The Know Nothing movement was a major concern for the Irish immigrant in 1850’s America. That party combined the worst of the Irish experience with the Protestant faith. In 1850’s America, a large percentage of the immigrant population came to the United States within the prior 10 years. This population was scarred deeply by the Famine. These were early PTSD victims. They had seen hundreds of their neighbors, family and friends die a slow death due to starvation. In the midst of the greatest social calamity in Europe at the time, many landlords made it worse. Some of the English and Anglo-Irish landlords offered help, but only if the Irish Catholic would convert. After two centuries of religion based warfare and discrimination, that request resonated deeply with the Irish Catholics.
Since the 1690’s, the Irish parliament and the English and Anglo-Irish landlords had tried to curtail Catholics. The parliament issued new laws every few years restricting the Catholic faith. The Penal laws, as they are known, affected everything from the quality of a horse a Catholic could own to whether a Catholic could own land. Forget he right to vote. The Parliament issued bounties for priests and bishops. Mass was held in secret. Families were beaten and tied to trees and left to die if they refused to disclose the location of outdoor, secretive Masses. Even today, one can find throughout the countryside “Mass rocks” or hills where Mass was said outdoors in secret locations during the Penal times. The experience of the 1700’s when the Catholic faith was largely outlawed, endures to this day. See Cromwellian Settlement by John Prendergast here.
During the Penal times, if an English man took cattle from an Irish man, or if an English man beat the daughter of an Irish man, the Irish man could not seek remedy in court. He had no remedy. Britian’s overarching political goal was to eventually take land and property from every Irish person and give it to an English or Anglo-Irish person.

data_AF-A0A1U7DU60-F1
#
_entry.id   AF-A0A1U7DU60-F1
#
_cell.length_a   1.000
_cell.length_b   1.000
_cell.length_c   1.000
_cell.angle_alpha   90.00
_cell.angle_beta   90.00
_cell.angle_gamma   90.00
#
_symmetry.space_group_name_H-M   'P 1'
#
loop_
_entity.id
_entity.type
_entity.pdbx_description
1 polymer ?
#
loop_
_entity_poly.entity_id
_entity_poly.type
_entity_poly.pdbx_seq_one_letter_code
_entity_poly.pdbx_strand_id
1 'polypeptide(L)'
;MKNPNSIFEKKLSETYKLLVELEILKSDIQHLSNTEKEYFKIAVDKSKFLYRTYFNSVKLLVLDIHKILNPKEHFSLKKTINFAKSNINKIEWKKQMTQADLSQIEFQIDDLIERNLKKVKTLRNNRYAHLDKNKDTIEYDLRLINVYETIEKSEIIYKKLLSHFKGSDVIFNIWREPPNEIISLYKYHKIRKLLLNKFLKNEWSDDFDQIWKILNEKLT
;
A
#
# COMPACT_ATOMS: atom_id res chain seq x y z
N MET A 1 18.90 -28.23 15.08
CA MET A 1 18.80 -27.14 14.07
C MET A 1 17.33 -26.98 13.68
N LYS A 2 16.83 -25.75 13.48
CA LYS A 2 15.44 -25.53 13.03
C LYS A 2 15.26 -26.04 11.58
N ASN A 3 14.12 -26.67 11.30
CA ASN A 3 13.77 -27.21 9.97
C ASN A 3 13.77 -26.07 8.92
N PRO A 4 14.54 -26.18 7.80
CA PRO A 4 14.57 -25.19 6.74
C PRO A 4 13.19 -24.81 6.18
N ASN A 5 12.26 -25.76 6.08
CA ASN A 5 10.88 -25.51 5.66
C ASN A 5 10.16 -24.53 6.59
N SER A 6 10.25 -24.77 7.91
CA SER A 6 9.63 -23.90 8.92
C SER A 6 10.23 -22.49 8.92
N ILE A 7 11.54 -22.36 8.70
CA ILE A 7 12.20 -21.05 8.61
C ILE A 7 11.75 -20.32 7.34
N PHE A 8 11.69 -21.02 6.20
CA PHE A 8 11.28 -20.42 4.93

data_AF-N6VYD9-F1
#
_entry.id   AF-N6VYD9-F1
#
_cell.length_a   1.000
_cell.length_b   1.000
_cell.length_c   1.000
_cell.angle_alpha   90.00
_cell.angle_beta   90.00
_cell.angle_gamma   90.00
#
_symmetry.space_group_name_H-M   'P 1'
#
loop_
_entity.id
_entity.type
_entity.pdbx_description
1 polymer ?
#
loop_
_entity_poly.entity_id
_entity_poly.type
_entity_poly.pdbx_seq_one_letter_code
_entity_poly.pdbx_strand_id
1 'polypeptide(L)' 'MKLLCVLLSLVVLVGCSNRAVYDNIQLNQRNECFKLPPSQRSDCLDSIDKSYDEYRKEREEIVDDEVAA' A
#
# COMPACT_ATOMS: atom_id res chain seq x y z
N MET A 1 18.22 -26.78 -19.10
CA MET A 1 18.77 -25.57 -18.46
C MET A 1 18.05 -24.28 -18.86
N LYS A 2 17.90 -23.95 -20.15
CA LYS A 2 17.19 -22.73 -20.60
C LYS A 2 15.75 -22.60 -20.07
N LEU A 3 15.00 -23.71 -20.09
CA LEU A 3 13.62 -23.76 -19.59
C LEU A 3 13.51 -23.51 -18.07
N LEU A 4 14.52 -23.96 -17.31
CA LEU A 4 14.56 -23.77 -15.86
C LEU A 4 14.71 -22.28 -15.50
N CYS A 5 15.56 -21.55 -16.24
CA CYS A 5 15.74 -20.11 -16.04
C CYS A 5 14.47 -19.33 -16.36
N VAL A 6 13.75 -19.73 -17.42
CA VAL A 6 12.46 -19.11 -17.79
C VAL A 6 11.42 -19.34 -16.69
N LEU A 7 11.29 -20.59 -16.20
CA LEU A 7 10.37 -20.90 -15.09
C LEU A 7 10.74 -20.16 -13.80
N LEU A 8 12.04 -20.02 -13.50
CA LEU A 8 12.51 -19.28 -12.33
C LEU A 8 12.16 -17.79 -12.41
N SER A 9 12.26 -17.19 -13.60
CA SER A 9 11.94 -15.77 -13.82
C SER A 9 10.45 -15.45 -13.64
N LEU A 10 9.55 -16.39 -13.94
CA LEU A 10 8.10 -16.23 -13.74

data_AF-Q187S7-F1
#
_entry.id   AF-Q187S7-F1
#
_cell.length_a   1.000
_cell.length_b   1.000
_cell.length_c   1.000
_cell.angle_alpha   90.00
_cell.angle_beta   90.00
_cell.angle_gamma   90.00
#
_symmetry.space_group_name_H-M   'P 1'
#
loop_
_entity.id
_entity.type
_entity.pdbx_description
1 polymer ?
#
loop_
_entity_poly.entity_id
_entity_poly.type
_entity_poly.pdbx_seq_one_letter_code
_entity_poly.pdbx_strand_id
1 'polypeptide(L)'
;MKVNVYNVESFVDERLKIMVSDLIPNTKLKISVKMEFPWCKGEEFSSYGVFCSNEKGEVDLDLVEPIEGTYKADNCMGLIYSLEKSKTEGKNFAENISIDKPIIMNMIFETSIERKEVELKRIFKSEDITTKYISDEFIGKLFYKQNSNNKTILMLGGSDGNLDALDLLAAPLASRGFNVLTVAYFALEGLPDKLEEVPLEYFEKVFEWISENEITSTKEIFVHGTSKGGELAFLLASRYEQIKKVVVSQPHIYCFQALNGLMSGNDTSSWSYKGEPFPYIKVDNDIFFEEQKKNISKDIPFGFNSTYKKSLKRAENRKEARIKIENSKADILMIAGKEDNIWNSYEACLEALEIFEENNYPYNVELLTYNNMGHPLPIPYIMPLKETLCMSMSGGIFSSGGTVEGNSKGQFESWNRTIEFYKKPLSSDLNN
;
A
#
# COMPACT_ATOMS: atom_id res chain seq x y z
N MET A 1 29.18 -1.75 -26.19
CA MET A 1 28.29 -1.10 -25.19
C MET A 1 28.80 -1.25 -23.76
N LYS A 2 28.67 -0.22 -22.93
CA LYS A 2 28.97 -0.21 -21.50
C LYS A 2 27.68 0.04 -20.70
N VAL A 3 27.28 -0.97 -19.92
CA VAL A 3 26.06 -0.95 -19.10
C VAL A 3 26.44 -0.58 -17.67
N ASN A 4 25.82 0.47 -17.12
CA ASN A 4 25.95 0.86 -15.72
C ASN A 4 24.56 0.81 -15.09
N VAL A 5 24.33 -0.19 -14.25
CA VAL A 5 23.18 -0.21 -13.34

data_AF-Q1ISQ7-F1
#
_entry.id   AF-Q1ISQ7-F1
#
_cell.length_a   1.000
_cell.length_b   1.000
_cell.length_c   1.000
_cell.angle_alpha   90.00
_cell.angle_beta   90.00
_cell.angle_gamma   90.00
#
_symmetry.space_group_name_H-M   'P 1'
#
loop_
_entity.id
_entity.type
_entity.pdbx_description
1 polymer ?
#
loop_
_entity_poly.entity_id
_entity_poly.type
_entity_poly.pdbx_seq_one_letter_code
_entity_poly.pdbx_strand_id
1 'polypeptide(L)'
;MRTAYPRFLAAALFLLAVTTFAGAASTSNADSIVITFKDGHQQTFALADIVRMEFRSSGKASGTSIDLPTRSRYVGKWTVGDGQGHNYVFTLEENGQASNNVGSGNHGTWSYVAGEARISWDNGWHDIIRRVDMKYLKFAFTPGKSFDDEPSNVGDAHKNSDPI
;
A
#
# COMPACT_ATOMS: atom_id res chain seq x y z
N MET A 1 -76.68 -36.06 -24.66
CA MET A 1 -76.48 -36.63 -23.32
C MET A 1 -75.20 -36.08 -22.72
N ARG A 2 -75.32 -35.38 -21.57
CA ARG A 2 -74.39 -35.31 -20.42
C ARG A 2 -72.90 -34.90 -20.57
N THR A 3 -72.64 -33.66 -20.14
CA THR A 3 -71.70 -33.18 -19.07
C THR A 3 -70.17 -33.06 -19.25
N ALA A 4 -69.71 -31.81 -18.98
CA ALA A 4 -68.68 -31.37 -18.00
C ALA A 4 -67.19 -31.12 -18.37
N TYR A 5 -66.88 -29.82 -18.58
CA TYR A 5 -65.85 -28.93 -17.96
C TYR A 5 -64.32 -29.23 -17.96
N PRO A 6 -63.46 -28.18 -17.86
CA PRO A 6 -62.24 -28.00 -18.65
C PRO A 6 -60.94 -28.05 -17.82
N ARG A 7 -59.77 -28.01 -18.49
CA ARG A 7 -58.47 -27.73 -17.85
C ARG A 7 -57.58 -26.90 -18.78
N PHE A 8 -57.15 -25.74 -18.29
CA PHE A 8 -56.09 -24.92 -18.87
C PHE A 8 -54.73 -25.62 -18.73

The Penal laws started after William of Orange defeated the Jacobite forces in 1691. The Penal laws followed just a few decades after the Cromwellian settlement of the 1650’s. Cromwell had defeated the Irish rebels in 1649. The “New Model Army” was a Puritan army. Oliver Cromwell was Puritan. The government that enforced the settlement of the 1650’s was Puritan. The Puritans hated Roman Catholicism. The Puritans were convinced that Catholics represented the devil incarnate. With the Cromwellian settlement of the 1650’s, many of the leading Catholic Irish families were forced to leave the country and were deprived of their land. The suffering was great and relentless. The Puritans showed little mercy.
So, it is not surprise that upon encountering the Know Nothing movement of the 1850’s. many Irish in the U.S. expected the worst. It was as if the Puritans of the 1650’s and the landlords of the 1840’s had combined into one relentless political party. As one émigré wrote back home to Ireland, if the nativist feeling continued as it was, “an Irishman will not get to live in this country.” By staying in Ireland, he warned, people would at least “be protected from murderers.” That is a strong statement from an immigrant. It was rare indeed for an immigrant to the U.S. to write back home and warn others not to follow him. So, it is not surprising that in 1861, the Irish immigrant will view the former Know Nothings, now Republicans with some suspicion.
David Gleeson, The Irish in the South (Chapel Hill, N.C.: Univ. of N.C. Press 2001), p. 108.